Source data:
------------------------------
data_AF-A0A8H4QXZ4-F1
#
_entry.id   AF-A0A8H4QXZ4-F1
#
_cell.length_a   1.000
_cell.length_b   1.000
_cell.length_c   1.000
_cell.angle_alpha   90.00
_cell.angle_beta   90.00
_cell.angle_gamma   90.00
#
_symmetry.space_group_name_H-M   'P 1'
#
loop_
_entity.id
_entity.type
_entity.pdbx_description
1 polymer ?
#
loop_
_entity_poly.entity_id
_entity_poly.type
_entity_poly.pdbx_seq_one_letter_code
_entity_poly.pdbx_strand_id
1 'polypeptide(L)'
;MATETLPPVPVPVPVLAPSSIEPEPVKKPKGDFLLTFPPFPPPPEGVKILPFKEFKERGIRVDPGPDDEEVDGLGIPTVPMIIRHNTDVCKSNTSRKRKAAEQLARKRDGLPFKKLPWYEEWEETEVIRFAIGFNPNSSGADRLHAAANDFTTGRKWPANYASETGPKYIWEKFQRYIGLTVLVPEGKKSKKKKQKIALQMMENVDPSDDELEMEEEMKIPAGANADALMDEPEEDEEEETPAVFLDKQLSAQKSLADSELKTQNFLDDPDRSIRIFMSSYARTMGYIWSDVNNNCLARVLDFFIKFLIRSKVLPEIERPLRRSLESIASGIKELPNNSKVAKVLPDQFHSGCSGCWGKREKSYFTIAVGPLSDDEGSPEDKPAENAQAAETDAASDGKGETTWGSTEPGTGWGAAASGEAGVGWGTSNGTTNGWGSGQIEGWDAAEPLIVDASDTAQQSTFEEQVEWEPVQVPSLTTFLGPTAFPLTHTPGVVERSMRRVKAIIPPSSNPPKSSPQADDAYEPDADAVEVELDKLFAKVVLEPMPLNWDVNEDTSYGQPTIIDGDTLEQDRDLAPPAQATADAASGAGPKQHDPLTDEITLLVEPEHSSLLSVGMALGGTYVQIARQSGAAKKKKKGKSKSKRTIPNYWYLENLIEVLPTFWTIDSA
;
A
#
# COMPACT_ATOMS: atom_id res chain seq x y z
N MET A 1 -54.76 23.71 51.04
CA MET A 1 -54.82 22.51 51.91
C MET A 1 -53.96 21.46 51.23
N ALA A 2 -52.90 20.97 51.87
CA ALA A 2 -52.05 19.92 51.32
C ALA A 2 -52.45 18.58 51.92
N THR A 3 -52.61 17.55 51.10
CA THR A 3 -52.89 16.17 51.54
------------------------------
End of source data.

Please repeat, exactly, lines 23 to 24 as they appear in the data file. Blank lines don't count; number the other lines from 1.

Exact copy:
_entity_poly.pdbx_seq_one_letter_code
_entity_poly.pdbx_strand_id